Raindrops and Grace

Haiti’s gray skies promise nothing but more rain. For four days the rain has been constant. A rushing downpour like we’ve never experienced before. The yard is flooded. The ground is a slick mud pile. Our ears have been deafened by the sound of rain on tin. The kids are wrapped in sweaters to stay warm and garbage bags to stay dry. Jacquelyn’s plantain garden out back is flooded.

How do you put to words what a torrential downpour does to a country that lives most of its days outside?

The streets are dirt when it’s dry, and mud when it rains. The outside market -with its vegetables and fruits that lay on tarps spread across the ground, all cramped together with barely enough space to walk between the vendors- is a swamp. Homes are constructed of tin and scrap metal. Every roof leaks. Garbage clogs the sewers and drainage system. 

Life has been a mucky, sticky, soaking wet mess. Yesterday the sun came out for a bit, the water dried up some, and we ran around the front yard playing tag and hide-and-go-seek. It was a much needed day of sunlight and fresh air, and we were so thankful (and so ready) for it. 

Now the sun has disappeared, and the rain continues to fall.

The kids have been sick with a fever since the weekend. Every morning there’s a new face Bonnie is giving medicine to, or a different body sleeping on their couch. Ray caught it on Monday. Lou followed close behind, catching sick on Tuesday. It’s a nasty bug- complete with a fever and a cough and an ache-y body. Stephen and I are just praying that, if we are going to catch it, it happens before we have to travel back to the States. Plane rides and head colds are a miserable combination. 

We find it hard to believe the days are winding down here. In some ways, we feel as though we are just finding ‘our way’. We’ve begun to feel like we’ve established somewhat of a routine and a schedule. We’ve got a better handle on school, and the kids have been getting used to the way we do things. We’re moved into the new apartment and have drawers and cabinets organized. It seems a shame to be leaving. Yet on the other hand, we are ready for normalcy. We are looking forward to the 14 hour roadtrip to Colorado, with smooth roads and coffee breaks. A hot shower sounds incredible. The chance to be a normal newlywed couple out for a date night will be a breath of fresh air. 

We are excited to see family and friends, to tell our stories and hear other’s stories. We are also excited to take a break from being “Hannah and Shaggy”, and to find time to be us for a while.. without 1/2 a dozen children tagging along behind us. Haha. But then Mikey giggles on his mats in the kitchen, and Carl tries so hard in school, and the girls have finished their first knitting projects. And we wish we had just a little bit more time..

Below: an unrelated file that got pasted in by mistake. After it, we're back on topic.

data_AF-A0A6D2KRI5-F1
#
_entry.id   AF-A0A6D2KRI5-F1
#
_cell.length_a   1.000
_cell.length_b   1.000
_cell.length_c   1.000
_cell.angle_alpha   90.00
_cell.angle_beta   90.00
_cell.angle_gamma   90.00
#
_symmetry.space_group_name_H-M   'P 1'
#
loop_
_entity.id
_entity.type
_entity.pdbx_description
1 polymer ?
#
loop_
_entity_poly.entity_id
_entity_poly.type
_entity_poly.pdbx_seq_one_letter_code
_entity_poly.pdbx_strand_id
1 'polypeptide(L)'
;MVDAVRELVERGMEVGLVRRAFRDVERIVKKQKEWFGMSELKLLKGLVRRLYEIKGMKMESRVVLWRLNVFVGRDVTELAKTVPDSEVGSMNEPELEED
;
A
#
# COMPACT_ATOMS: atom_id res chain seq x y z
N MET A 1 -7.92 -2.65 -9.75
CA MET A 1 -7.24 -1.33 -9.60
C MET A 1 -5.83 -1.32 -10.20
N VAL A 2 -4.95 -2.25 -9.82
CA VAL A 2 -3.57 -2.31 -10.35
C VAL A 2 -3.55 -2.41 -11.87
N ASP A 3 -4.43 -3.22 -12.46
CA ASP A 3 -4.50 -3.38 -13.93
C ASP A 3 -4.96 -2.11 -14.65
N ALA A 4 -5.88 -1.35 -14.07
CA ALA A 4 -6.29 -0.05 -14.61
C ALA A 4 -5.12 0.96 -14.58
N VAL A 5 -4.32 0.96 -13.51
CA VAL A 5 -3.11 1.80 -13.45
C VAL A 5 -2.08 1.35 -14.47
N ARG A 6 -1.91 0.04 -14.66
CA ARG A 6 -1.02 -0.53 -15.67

On Tuesday afternoon, I sat in the bedroom working on some of the bits of this blogpost. On the other side of the door in the kitchen were Shaggy and Carl. Earlier they had been thumping around in the eaves mopping up puddles of water, now they were finished, and eating cake at the kitchen table. I listened to Carl’s question after question, changing from bicycles to life to spiritual questions. Every Tuesday afternoon is another boy at our kitchen table, another set of questions, and another testimony of what God has done. (Stephen has been doing a bible study with the boys once a week, and part of that study has been getting them to share their testimony with the group). There are always questions that come up at the most unexpected times.. “Hannah, does Shaggy have another girlfriend?” is one we hear often. “Did you make Hannah take a blood test before you got married?” was one that blindsided Stephen a bit more, in the bike depot surrounded by tires and bike parts. “Are you gonna take another boy besides Shaggy oneday?” The questions go on and on.

The questions remind us we don’t know why we are here or how God is using us. Because you can think you’ve come so they can read better and solve math problems. You think you’ve come to do a bible study and teach boys to fix bicycles and maybe ride the dirt bike. You think you’ve come to make the boy in the pac’n’play giggle and engage this beautiful world around him. But the unexpected questions in the unexpected moments remind us God has us here for His purposes, being mere tools and instruments in His hands, for whatever ways He deems fit. And we may never fully know what those ways are. We only are faithful to Him. 

Those words are easier to type than they are to live out.

Downstairs below us in the senior home, Mondezi shouts. 6:30 shower time, right on schedule. Today promises another day of multiplication bingo, spelling tests, and 1/2 a dozen energetic children climbing all over us. It’s funny the things that begin to seem normal. I’m exhausted already.. to think of the battle over pencils, the relentless teasing among the kids, and the arguing that seems to take place in the classroom. God really does give only enough grace for the moment you need it, and not a second before. 

-Anna

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